At this time, there are no established testing methods or health advisory guidelines for compost materials. Even though there are no scientifically approved methods for testing PFAS in soil or established health advisory guidelines for using PFAS containing compost, the city felt it was important to test the compost and to let its residents know the results.
How did PFAS get in the compost?
Solid waste facilities, such as landfills and compost sites receive PFAS-containing items, such as grease-resistant paper, fast food containers, microwave popcorn bags, fertilizer bags, water-resistant clothing, nonstick cookware, cleaning products and stain-resistant carpet. Although these items are prohibited in the city’s compost program, several of these items are improperly placed in compost carts.
What are other cities learning about PFAS in compost?
There are very few cities testing for PFAS in compost and thus there is very little data available.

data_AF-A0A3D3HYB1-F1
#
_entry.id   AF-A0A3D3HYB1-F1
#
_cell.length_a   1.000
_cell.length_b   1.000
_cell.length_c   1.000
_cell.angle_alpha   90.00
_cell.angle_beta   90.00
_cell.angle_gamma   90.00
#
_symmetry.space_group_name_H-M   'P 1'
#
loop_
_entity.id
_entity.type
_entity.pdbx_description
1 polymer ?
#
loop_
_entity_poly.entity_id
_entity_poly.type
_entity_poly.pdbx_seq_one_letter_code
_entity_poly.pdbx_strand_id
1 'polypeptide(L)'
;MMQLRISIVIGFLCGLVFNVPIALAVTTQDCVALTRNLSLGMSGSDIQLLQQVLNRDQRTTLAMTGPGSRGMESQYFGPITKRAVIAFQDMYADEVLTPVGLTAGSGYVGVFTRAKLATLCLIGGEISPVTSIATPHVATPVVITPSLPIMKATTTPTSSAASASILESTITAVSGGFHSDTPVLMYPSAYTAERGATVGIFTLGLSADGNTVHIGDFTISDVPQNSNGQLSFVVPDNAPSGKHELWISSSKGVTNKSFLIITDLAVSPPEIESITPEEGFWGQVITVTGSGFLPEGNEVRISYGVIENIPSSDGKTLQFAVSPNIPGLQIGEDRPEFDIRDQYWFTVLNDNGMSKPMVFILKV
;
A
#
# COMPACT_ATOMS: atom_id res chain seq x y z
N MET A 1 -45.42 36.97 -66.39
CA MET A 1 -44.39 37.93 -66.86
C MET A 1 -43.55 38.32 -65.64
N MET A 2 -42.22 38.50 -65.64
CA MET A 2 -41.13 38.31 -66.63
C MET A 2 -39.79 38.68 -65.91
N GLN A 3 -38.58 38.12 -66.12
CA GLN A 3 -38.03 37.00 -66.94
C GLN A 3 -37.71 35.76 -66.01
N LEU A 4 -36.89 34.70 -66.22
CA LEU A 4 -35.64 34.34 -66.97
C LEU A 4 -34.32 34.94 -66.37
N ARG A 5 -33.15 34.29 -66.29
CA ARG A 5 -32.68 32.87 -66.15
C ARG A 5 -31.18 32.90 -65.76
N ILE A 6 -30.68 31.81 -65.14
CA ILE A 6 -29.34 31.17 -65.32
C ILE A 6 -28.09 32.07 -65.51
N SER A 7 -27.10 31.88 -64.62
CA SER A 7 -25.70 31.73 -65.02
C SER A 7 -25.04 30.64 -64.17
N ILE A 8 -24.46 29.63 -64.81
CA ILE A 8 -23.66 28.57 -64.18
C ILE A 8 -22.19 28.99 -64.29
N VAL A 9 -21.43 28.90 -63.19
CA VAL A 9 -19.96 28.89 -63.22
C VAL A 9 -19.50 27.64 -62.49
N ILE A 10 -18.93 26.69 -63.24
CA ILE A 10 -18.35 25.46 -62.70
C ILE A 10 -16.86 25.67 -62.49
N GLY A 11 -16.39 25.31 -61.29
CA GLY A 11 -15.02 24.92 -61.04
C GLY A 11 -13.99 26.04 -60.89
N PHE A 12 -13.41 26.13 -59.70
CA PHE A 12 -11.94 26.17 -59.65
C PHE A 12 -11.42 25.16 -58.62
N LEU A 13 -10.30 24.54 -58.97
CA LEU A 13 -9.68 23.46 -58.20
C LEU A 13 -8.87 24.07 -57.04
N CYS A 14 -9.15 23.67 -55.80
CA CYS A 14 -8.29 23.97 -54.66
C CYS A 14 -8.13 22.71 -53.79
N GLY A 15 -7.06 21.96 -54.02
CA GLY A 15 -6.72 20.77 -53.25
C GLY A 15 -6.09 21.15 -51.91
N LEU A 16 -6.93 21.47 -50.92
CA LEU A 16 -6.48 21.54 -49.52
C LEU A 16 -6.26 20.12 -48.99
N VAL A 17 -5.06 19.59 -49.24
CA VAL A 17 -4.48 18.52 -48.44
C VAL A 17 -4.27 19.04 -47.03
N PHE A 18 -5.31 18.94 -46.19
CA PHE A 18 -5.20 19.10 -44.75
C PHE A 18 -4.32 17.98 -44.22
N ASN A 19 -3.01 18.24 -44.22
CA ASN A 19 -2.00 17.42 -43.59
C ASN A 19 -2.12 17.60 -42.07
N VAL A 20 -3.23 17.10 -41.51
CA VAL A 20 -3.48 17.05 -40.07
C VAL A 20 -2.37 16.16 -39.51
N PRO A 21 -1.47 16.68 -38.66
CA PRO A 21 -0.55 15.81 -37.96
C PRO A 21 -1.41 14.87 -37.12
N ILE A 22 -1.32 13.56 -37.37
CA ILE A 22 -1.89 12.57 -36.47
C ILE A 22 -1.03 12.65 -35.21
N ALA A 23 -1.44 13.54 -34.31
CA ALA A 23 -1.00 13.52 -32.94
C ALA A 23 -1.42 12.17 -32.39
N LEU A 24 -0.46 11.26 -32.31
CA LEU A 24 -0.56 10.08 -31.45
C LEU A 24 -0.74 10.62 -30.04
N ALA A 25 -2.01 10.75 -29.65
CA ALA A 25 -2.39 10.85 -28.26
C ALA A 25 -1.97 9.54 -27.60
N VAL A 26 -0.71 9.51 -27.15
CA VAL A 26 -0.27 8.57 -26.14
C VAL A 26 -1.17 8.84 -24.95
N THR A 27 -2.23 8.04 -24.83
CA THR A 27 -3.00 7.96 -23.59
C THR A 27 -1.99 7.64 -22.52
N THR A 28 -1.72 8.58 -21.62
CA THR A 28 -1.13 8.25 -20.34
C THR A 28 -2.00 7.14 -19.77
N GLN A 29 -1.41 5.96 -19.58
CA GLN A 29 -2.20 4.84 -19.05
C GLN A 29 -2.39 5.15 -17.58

Where is Ann Arbor’s compost applied?
Ann Arbor’s compost facility provides compost to some of its city parks for topsoil. Also, free compost is available to city residents in the spring and it is sold via the city’s vendor: We Care Organics.
What is the city doing to understand the effects of PFAS in compost?
The city is carefully following this issue at the national level and is exploring opportunities for researching sources of PFAS in compost. We will continue to monitor incoming compost for improper materials and expand our education to residents about acceptable compost materials. While emerging contaminants may continue to be detected, the city’s dedicated staff are prepared to not only face these challenges, but also to remain an industry leader in pioneering solutions.
What can I do to keep PFAS out of compost materials?
Share your knowledge with family and neighbors of the importance of keeping only acceptable materials in curbside compost bins and bags. Let others know that PFAS containing products should never be added to compost bins and bags. For a list of acceptable materials visit www.a2gov.org/compost.
To learn more about PFAS and what you can do to prevent being exposed or using products with PFAS, here a few good resources: